By Rory Cellan-Jones
Business correspondent, BBC News
Savers who lost money when the Christmas savings firm Farepak collapsed are getting deep into debt.
Farepak's collapse has highlighted the need for affordable credit
The BBC has discovered that some have turned to a doorstep lender which charges very high interest rates.
In the playground of Southville School in Feltham we found many parents who had lost money after Farepak collapsed.
Some had borrowed from family but others had taken more desperate steps. One woman told us someone who seemed to be a loan shark had approached her.
"He came up to me at the school gate and said: 'Do you need some money?'. I said 'No', and he said 'Well you lost vouchers' and I said 'Well I don't need it off you'", said Lisa Tuckwell.
Instead she turned to a home credit firm called Shopacheck, which has an agent in the area.
The company offers shopping vouchers, and Lisa took £1,100 worth.
The trouble is, from next week she will have to find a weekly payment of £33.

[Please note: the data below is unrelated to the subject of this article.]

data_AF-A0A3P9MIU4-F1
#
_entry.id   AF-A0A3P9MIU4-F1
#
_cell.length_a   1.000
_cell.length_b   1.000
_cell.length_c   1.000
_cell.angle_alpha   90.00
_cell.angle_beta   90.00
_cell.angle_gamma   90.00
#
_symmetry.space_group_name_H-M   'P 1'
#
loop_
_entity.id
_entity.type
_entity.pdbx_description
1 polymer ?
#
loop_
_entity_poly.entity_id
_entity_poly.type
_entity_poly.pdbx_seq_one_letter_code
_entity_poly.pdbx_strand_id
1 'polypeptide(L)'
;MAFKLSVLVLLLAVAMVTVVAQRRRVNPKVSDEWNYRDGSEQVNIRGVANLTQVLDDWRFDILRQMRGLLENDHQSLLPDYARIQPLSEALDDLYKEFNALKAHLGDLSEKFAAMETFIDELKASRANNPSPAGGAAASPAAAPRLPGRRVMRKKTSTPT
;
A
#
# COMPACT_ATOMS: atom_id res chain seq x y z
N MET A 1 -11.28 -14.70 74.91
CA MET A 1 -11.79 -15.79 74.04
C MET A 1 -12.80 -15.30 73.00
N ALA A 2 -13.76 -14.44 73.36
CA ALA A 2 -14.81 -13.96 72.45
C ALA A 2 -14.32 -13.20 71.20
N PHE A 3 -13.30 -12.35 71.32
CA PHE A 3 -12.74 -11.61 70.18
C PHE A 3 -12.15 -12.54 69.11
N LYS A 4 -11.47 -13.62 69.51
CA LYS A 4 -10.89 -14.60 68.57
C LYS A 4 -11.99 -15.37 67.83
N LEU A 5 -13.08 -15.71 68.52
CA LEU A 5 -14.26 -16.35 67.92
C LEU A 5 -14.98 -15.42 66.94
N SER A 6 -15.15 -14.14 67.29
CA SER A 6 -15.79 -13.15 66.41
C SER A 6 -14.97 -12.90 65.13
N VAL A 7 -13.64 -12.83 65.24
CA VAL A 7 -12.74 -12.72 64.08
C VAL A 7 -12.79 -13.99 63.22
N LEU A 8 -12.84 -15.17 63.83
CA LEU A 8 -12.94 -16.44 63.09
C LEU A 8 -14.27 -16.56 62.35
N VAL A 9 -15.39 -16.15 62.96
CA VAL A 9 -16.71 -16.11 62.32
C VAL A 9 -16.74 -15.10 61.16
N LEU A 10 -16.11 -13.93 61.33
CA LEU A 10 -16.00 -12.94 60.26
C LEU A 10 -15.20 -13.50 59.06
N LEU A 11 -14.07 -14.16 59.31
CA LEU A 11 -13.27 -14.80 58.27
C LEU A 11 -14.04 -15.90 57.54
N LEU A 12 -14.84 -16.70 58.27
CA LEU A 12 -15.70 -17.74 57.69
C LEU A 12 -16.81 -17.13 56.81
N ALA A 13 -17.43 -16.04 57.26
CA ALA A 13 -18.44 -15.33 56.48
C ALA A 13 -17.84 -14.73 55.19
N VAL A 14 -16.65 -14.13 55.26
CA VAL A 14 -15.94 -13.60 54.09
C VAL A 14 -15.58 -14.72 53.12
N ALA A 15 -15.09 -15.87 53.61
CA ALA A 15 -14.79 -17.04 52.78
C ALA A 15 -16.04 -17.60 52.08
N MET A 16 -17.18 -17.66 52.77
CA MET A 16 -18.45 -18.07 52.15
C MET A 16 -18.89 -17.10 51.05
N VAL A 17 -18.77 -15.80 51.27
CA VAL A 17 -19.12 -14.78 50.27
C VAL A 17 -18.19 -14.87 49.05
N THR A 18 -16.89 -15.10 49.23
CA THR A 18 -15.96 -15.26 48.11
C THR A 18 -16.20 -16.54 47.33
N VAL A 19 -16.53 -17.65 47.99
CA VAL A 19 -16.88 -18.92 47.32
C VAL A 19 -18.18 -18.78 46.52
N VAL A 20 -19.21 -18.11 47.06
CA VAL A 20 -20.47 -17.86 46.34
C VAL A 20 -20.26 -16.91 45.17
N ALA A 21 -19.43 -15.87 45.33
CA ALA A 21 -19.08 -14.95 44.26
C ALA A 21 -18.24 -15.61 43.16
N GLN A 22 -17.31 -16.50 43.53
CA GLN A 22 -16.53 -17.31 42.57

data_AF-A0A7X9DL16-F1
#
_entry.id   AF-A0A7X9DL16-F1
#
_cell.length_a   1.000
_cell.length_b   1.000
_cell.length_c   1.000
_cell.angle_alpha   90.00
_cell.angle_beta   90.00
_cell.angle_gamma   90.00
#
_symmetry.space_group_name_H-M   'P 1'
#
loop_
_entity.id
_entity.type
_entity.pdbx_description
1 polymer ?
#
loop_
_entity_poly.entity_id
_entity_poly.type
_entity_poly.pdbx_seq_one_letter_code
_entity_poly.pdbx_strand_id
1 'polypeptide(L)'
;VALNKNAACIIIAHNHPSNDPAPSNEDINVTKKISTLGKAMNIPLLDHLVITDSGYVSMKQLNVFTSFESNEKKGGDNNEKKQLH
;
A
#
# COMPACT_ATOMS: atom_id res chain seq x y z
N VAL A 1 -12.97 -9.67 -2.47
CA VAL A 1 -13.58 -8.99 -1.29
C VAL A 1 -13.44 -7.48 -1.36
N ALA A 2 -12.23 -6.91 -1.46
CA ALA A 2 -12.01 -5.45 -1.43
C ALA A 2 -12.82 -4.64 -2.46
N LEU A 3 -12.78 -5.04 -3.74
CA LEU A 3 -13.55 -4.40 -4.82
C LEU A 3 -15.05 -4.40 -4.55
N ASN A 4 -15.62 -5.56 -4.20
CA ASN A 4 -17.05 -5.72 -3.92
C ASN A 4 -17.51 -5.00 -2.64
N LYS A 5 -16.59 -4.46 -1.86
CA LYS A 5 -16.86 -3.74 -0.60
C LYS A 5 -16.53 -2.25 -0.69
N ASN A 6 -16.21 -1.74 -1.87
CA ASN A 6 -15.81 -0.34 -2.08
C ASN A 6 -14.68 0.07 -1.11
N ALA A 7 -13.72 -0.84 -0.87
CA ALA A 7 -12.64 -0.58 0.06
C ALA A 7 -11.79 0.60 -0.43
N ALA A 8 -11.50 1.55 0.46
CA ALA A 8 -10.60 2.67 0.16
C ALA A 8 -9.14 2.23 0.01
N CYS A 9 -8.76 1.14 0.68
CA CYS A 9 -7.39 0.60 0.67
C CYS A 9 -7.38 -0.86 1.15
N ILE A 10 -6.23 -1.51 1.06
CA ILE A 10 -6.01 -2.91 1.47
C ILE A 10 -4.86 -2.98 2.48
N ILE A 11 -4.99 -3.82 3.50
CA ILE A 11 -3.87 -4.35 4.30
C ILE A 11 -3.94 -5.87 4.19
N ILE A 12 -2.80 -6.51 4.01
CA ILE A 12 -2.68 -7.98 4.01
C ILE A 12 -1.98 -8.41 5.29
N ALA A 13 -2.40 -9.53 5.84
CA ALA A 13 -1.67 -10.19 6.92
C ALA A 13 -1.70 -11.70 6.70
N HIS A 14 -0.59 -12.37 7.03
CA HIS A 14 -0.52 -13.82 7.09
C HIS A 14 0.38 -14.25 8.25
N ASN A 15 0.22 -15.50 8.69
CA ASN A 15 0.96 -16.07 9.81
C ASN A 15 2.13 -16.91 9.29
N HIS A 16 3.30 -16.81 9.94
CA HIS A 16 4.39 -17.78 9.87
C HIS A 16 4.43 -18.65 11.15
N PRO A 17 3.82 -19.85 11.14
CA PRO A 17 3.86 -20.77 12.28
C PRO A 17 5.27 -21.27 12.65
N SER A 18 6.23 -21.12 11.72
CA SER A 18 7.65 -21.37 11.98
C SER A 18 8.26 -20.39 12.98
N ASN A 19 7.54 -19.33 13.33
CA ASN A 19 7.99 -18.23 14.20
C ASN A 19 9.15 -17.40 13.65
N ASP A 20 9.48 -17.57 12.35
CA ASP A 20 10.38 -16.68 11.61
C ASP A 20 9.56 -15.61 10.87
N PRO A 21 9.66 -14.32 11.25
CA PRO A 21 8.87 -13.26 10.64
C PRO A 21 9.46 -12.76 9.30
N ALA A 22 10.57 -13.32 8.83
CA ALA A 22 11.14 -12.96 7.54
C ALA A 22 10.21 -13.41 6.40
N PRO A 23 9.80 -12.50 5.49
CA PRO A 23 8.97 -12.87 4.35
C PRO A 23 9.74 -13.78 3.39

It appears that Shopacheck is also doing good business with other Farepak customers across the country.
Adele Dunne is a Farepak agent in West Yorkshire, whose customers lost a total of £2,500.
She told us that she had borrowed with Shopacheck in the past. "My Shopacheck agent told me that she'd sold £5000 worth of vouchers in a week after Farepak went bust."
Gerry Stevens, corporate affairs director at Shopacheck, insisted that his firm was not exploiting Farepak customers or offering them a bad deal.
He said his firm dealt with people who had "fluctuating financial circumstances" and did not make them pay penalty charges if they missed a repayment on their vouchers or a loan.
"That is not the case with mainstream lenders", he said.
The Competition Commission is about to unveil a final report on home credit firms.
The inquiry followed a complaint from the National Consumer Council (NCC), which said today that the plight of Farepak customers highlighted the need for affordable credit for people on low incomes.
"It is a double scandal", said Janice Allen of the NCC.
"The people who saved with Farepak thought they were doing the right thing. Now they find themselves forced onto expensive forms of credit."